Today, it's the other way round. Sex is the everyday topic, with death the great taboo. People are into death-denial, hoping maybe that a robust enough pretence that it doesn't exist will somehow make it go away.

The secular Westerner defaults to the view that when you die you disappear up the crematorium chimney in a puff of smoke, and that's it. No afterlife. No judgment. No nothing. So let's get the funeral over, then we can get busy again with living. We'll turn the radio on to churn out pop music in the background and, with a bit of luck, death will retreat once again to the fringes of our consciousness.

Death as taboo has even touched Christians. In 'charismatic' circles especially, where people believe in God's power to heal the sick, there's a tendency to emphasise the healing option to the point where the possibility of death is ignored. Usually, it's on the basis that to acknowledge it would be the kind of 'negative confession' that allegedly puts a spanner in the wheels of the healing mechanism.

A Christian acquaintance has just died of cancer. In the grim final stages of the disease he was surrounded by well-meaning Christians who warned visitors 'not to say anything negative' to him. By that they meant, 'Don't mention death.' What a pity! By this blinkered attitude they robbed him of the privilege of what an earlier generation of Christians called 'a good death'.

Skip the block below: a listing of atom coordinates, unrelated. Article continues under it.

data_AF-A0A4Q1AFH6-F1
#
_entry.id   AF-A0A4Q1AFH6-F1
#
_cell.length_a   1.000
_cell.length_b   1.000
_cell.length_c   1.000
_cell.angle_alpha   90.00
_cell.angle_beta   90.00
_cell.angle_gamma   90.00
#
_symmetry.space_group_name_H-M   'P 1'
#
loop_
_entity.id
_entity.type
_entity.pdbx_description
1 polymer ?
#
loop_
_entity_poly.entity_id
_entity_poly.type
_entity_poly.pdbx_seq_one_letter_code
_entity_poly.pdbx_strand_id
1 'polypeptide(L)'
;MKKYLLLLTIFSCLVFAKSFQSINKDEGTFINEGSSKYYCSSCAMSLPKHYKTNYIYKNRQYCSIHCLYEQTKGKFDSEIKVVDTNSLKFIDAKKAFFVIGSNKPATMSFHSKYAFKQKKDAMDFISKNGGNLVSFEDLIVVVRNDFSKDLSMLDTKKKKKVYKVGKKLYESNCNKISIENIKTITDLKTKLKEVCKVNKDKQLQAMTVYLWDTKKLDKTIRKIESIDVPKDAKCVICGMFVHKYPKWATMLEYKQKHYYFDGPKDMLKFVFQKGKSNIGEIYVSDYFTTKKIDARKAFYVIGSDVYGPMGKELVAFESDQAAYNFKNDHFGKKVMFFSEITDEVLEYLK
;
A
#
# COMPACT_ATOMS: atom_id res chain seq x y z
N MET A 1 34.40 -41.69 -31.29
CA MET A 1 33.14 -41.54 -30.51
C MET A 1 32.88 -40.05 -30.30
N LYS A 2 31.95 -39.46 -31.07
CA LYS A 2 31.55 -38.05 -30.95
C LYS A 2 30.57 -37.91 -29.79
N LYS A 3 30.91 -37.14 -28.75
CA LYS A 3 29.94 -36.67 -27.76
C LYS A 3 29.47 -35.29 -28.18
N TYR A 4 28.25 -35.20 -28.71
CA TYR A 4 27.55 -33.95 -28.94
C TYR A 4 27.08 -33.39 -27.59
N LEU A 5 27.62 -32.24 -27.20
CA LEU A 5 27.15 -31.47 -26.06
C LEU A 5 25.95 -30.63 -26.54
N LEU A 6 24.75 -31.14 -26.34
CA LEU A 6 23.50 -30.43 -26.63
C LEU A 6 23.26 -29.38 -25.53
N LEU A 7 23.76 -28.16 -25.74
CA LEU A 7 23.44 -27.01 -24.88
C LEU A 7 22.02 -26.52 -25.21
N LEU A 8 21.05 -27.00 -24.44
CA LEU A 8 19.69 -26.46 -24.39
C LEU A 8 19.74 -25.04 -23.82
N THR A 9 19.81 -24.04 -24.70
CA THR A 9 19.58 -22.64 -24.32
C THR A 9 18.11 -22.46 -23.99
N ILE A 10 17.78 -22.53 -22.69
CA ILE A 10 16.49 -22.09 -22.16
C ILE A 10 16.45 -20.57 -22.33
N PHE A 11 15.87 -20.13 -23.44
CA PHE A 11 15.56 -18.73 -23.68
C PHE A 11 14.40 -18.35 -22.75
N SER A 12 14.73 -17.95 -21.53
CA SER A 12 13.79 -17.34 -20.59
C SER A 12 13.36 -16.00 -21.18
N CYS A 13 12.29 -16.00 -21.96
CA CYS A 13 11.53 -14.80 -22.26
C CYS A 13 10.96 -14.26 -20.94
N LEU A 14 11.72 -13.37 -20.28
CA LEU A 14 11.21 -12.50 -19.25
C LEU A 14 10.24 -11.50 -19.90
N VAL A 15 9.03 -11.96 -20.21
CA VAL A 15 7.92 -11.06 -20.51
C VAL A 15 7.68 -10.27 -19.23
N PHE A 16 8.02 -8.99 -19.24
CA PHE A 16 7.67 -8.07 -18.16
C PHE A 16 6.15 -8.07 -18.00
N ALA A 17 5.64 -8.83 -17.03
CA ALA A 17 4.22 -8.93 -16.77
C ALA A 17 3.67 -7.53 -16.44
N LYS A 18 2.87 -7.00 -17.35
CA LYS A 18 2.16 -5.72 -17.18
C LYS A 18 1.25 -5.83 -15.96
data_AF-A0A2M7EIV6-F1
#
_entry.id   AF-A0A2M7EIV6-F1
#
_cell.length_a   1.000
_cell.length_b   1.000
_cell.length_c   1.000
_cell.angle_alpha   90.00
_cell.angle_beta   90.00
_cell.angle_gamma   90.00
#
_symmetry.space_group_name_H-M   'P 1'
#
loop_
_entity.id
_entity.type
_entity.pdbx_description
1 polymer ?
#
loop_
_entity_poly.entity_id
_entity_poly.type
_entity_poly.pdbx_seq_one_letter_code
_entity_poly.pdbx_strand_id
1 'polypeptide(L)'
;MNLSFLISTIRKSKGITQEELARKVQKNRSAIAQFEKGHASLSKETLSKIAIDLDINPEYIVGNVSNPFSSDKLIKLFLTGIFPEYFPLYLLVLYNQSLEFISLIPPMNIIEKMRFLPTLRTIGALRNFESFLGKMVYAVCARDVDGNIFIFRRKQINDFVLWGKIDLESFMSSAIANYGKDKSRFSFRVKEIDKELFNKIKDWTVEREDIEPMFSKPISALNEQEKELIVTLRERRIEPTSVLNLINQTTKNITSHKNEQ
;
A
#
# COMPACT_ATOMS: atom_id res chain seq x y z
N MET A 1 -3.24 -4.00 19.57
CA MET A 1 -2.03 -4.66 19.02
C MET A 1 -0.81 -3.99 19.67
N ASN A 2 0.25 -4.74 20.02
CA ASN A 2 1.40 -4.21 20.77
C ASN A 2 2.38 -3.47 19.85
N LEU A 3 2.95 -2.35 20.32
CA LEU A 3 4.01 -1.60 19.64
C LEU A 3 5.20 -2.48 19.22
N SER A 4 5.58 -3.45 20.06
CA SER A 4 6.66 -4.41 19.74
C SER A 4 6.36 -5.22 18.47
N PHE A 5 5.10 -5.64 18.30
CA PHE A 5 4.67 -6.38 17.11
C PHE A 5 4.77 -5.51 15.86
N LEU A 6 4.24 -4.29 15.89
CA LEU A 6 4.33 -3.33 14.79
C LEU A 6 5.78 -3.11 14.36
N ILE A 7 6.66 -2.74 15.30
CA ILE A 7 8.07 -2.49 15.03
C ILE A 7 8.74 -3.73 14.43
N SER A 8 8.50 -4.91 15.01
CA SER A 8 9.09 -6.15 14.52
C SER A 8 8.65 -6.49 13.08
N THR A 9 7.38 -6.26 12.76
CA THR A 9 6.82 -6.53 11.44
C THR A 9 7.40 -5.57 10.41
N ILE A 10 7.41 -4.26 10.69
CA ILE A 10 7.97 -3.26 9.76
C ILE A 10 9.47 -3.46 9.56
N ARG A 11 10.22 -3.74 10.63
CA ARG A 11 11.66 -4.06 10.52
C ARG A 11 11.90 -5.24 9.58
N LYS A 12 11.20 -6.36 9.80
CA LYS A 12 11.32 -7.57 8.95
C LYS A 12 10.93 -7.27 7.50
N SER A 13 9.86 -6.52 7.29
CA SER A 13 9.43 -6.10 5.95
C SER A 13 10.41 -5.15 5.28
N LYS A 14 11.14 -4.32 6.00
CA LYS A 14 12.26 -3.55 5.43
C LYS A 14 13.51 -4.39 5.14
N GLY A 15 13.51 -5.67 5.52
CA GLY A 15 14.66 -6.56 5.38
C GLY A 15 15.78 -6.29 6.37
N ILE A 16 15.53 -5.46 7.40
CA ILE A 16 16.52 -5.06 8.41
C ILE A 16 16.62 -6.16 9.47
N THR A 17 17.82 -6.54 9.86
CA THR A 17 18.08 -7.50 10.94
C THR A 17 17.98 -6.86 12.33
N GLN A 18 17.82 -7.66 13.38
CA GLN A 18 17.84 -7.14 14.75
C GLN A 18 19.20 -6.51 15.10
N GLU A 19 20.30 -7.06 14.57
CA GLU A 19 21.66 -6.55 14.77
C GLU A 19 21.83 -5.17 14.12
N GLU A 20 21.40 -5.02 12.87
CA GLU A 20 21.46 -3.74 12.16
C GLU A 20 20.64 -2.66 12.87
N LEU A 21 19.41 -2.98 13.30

And what is that? It's looking death straight in the eye with the challenge, 'O death, where is your sting?'—on the grounds that Jesus, by his own death, has drawn its sting. It's admitting, 'I'm on my way out, folks, but death is for me just a curtain through which I'll soon step right into the presence of the Lord I love, so be glad for me!' It's gathering the family around, saying a bold goodbye to each one, with a smile amid the tears and the reminder that we'll meet again in glory. It's dispensing a blessing on those soon to be left behind. It's a satisfied, 'OK, Lord, now you can take me anytime you want.'

A good death inspires the bereaved family. It fills sons and daughters with faith and hope. It reminds them that this life is no more than the ante-room of the life to come, so they should work at keeping their priorities right. Dying in denial, on the other hand, has harmful effects. It leaves a flavour of 'unfinished business' in the air. It robs the family of a warm, hope-filled leave-taking. It can destroy the faith of vulnerable children who naively believe that the assurances of last-minute healing must be fulfilled.

Denial of death is based on imbalanced doctrine. That the Lord is able to heal, and does heal, no serious Bible-believer can deny. But that he must heal, provided we press the right proof-text buttons and steer clear of 'negative confessions' is nonsense. In this present age we have merely 'tasted the powers of the coming age'; the full banquet, where healing is permanent and death is no more, awaits the age to come, after Christ's return. We err if we hold that none of the powers of the coming age are available today. And we err just as much if we hold that all of them are ours now. Death-denial comes in the latter category and is a tragic error.

Let's be open to God's healing grace and, at the same time, recognise that unless Jesus returns first, death is a prospect we all must face. And when it comes, let's face it with dignity.